Put off by the weighty title of the Geffen's latest offering on its more innovative stage? Take it from me, there's no need to be. It is OK if you have forgotten all but the barest outline of your literature and philosophy classes. Nor does it matter if you, like me, never appreciated the distinctions between the Gospels of, say, Matthew and Luke or Mark and John. Author Scott Carter — producer of the first 1,100 episodes of "Politically Incorrect," among other credits — serves up a brisk 85 minutes that feels like a spoof by a talented group of college students at a selective institution who have just finished those courses. The convoluted title suggests you would not be wrong in this quasi-academic interpretation. Carter's script taps into familiar quotes awakening the literature synapses that may have gone dormant in your brain in the intervening years. It's not an accusation; I'm just sayin', maybe you, like me, have forgotten some of those undergraduate courses. Maybe you have mostly stuck to more contemporary matters since. You will still laugh along as you evaluate the opinions of this newly holy trinity.
Here is the set-up: three guys walk into a bar. No, no, no. There were these three guys: Thomas Jefferson (Larry Cedar), Charles Dickens (David Melville), and Count Leo Tolstoy (Armin Shimerman). Each in his own time thought the Gospels could use some tweaking and wrote his own version of the first four chapters of the New Testament. During eternity they find themselves thrown into a room whose door is locked from without. Yes, yes, yes, think Sartre for this "No Exit" conceit or don't; it probably won't matter but you will feel smarter if you do. After some individual puffery, the men figure out they have all been thrown together because of their gospel writings. The challenge, whose solution will unlock the door, is to come up with a common gospel. Easier said than done. No man with the hubris to construct his own gospel is likely to be swayed by another man similarly endowed. The three accomplished actors come at their roles with the casual zeal of collegiate thespians and the polish of old pros. Cedar's Jefferson is the self appointed arbiter of their conflict while sanctimoniously putting forward his rationalist views. Melville's Dickens is insufferably full of himself, claiming the moral superiority of fame and having come up from poverty. Shimerman as Tolstoy presents a pseudo-bohemian front, arrogantly wearing the mantle of austerity, putting himself forward as an exemplar of Jesus while not exactly divesting himself of all of his count-ly holdings. It certainly looks like eternity will go on forever for these guys.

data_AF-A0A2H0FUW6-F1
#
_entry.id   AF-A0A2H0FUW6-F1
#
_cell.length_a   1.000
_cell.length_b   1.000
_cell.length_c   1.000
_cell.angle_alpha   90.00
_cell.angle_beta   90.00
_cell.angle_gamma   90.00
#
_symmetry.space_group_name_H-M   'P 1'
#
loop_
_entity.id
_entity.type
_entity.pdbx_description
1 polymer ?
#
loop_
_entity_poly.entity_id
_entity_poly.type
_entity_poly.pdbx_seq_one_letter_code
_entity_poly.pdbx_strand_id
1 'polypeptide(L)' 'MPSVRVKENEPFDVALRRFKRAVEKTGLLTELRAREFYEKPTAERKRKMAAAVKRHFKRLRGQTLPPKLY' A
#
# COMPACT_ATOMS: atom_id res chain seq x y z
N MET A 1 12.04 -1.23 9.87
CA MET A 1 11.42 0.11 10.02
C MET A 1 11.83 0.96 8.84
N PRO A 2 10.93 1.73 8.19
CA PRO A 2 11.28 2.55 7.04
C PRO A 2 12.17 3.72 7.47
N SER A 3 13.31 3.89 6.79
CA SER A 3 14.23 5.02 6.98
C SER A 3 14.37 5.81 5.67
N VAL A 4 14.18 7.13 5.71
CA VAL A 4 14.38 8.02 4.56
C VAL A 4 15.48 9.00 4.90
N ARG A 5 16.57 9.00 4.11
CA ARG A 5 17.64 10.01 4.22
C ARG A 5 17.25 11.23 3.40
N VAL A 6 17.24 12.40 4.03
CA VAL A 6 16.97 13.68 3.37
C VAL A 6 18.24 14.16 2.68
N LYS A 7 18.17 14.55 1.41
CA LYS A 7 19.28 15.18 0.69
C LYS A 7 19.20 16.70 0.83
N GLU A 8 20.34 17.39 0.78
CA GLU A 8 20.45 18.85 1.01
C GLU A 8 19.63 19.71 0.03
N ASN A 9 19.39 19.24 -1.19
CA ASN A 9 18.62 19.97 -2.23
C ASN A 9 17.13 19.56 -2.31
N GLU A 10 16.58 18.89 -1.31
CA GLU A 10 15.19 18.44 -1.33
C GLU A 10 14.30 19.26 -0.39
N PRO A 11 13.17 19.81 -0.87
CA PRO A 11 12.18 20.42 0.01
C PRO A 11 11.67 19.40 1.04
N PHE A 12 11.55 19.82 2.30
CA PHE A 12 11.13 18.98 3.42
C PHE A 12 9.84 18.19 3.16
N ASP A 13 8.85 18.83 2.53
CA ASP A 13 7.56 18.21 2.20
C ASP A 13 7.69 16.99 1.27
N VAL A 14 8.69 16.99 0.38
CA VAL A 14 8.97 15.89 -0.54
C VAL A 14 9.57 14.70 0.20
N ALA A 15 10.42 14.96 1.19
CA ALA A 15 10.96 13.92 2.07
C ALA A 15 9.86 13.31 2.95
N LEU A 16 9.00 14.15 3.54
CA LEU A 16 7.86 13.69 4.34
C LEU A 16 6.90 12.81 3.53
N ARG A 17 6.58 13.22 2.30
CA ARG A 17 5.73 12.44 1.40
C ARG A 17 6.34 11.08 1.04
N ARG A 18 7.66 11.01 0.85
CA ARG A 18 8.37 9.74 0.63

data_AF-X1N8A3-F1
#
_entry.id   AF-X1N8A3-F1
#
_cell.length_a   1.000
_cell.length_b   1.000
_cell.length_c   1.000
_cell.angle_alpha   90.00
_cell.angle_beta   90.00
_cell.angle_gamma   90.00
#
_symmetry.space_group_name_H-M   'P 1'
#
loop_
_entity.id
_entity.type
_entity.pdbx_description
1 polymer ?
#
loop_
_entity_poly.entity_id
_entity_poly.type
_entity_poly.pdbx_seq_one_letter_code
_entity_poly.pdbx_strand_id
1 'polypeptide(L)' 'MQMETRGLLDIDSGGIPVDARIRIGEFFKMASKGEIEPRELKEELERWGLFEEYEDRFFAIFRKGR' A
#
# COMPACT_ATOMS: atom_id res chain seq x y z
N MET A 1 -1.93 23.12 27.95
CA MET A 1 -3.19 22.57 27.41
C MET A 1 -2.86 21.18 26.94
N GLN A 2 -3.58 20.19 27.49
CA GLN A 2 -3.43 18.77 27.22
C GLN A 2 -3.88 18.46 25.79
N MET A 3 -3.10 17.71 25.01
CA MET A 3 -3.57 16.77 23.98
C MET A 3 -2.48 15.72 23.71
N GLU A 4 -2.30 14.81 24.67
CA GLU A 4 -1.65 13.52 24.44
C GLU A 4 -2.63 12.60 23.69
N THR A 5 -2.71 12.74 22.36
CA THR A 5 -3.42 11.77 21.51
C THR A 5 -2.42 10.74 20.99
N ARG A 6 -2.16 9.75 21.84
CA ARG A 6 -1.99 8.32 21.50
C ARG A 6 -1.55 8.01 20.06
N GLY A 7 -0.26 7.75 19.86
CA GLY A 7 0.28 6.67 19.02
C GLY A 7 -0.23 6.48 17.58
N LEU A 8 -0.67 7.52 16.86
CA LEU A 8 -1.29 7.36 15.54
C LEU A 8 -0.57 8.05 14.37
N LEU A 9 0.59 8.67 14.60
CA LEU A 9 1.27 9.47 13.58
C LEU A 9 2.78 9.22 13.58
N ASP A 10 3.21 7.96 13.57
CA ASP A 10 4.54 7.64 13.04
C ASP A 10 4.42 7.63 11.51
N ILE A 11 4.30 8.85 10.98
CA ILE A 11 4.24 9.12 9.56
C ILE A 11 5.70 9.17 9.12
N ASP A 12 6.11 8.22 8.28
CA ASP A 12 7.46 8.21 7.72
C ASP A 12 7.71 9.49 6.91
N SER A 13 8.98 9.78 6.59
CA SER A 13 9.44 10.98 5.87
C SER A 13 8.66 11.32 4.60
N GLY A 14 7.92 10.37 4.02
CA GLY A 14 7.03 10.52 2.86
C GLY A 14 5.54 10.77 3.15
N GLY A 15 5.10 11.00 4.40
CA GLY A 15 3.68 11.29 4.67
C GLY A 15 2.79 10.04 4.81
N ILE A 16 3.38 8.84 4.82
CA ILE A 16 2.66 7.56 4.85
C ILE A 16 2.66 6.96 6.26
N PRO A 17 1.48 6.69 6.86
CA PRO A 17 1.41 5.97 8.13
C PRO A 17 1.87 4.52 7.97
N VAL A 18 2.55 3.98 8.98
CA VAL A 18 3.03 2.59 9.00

Takeshi Kata's spare set is a cut above the average precinct or TV show interpretation of an interrogation room, but you get the idea. Before the curtain rises, figuratively of course, and at key points during the action, Michael Nyman's pulsing music melodramatically keys the building tension. The selection is brilliant. Their costumes make the men: Jefferson in courtly attire, Dickens in over the top frippery, Tolstoy, the make believe peasant. The production sparkles without overwhelming the material. All are revealed as their own brand of pomposity and less godly than their public selves.
When you exit the theater — remember, your door is not locked — will you feel enlightened? I rather doubt that. "Discord" is a play with a terrific set-up, wit, and energy. It is not about illumination. Will you have been entertained without feeling either talked down to or without having had your intelligence insulted? I feel better about wagering that you will have been entertained even if you wish there had been more of a story arc.